ISO: My reading mojo
I am in a rut. Part of the problem is that I have three ongoing books (no, I just realized, it’s four!). I know I shouldn’t have more than one going at a time, but I’m finding myself bored by the books I am choosing — even those I’ve been looking forward to for a long while.
I consider myself an SF fan, but lately everything I read I think it pretty weak (I could write something better than this, for crying out loud!). So I am going for more meaty stuff (I can’t stand chick lit and other bestseller fluff).
Now, the easy thing to blame would be the Internet, and I do blame my Web addiction for part of the problem. I agree that my attention span is much shorter than it used to be, pre-Internet; in this case, however, I’m finding lots of time for knitting, so it can’t be just the Internet and its brain-melting rays.
I enjoy beginning a book, and in some cases even love big portions of it, but then I find myself in a quagmire of words and I end up *making* myself read “just 20 pages, dammit” so that I can eventually finish it. Maybe if I list them for you here (since they can’t go in my Books Read list!), I can start making sense of this problem.
A Time for Everything by Karl Knausgaard. I read a review of this book probably a year ago in the New York Review of Books and was intrigued. I had to wait because at first it wasn’t available in English; then it was, but only in hardcover, and I didn’t want to spend the money. Finally, it was in trade paperback, and I had some cash-on-hand at Amazon, so I ordered it. It is a strange book, and starts out feeling more like a nonfiction treatise than a work of fiction. But oh! when Knausgaard starts retelling some of the keystone stories of the Old Testament, what fantastic imagery he writes. It’s a mishmash of ancient story retold in a time-addled 19th century setting. But the emotions resonate. I’d recommend it simply for the retelling of the tale of Noah’s Ark. I’m in the end game, but I really don’t care about the Italian-searching-for-angels story which frames the book. I don’t care how the Italian died in the alps, so the book is sitting on my desk, slowly getting covered up by to-do lists and scraps of notes to myself.
I thought I needed something a bit lighter-going. Perhaps the heaviness of the latter chapters in Knausgaard kept me from enjoying it? So I bought The True History of the Kelly Gang by Peter Carey. It’s the 2001 Winner of the Booker Prize, so it isn’t crap. And it’s about a time and place (Australia in the 1800s) that I don’t know much about. It’s fun reading … except when I start feeling it drag. I get it, I get it! Ned Kelly had a hardscrabble youth, he was abused by a corrupted social system, he became an outlaw. It has become boring, and he’s only 18 years old (there are thirty more years of him to go).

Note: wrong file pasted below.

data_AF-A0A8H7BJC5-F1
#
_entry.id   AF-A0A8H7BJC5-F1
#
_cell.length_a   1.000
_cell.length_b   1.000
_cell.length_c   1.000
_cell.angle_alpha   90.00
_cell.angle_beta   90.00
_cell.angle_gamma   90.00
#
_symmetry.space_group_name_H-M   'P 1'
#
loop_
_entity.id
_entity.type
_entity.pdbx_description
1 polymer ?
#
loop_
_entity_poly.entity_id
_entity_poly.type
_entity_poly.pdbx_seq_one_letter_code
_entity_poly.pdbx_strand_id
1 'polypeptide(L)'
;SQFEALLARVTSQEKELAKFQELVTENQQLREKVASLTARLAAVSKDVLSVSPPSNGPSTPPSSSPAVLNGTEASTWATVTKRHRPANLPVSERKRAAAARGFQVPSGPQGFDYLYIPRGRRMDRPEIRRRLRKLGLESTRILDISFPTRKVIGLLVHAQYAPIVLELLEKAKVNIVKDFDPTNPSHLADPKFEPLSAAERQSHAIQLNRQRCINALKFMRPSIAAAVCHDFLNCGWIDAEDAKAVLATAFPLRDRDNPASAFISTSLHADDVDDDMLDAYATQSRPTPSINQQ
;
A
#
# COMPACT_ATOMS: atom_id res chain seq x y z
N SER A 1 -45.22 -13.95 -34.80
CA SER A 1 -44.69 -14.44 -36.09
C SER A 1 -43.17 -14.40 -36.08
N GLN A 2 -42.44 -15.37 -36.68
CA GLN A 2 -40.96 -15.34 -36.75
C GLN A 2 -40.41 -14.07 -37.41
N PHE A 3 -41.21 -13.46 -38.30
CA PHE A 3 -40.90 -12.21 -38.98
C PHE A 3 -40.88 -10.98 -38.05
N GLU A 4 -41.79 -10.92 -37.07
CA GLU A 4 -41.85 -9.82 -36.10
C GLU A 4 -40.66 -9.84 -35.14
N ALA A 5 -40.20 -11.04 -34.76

Another New York Review of Books issue, another article. This time on Roberto Bolano. It seems he is a crazy-famous modern author from Chile. I acknowledge that I hadn’t heard of him, and I was curious. So I borrowed 2666 from the library. I’m on my second renewal, it’s due in 10 days, and damned if I know if I will finish it in time. I loved the first (of five) parts, until it got a bit dull. Part two I just felt I had to get through. Part three was OK, and part four (where I am right now) is entirely made up of brief story-paragraphs about each woman/girl killed in a northern Mexican town in the 1990s. (I know, it sounds unpleasant, but it’s pretty good, truth be told.) It’s modern fiction, so I’m not sure there is going to be a resolution. That might be what is holding me back, I don’t know. I’d recommend this one too, even though I’m having difficulties. (Also, I figured this would be good practice for Murakami’s 1Q84, which is tempting me, even though it’s been published only this month and thus only in hardback.)
The last one I’m wasting time with is honest-to-goodness fluff. It’s Moonheart by Charles deLint. I devoured a ton of his fiction about 10 years ago, and I really like his idea of urban fantasy. In fact, deLint’s body of work is part of why I thought it would be super-cool to live in Toronto (that is, until I drove around it once and was completely turned off by the 10-lane highways. Blech.) This time around, I know his method, and I keep thinking, “I got it, enough character development — let’s get somewhere with this story!” Impatience is an unvirtue.
What do I love? Well, Trollope. But I’m afraid to pick up one of those, on the off-chance that my reading melancholia will taint Barchester.
I don’t mind working hard for my reading pleasure, in fact I prefer it (see: not liking bestseller crap). I just wish I knew what I could do to find pleasure in reading again.
This ennui is pissing me off!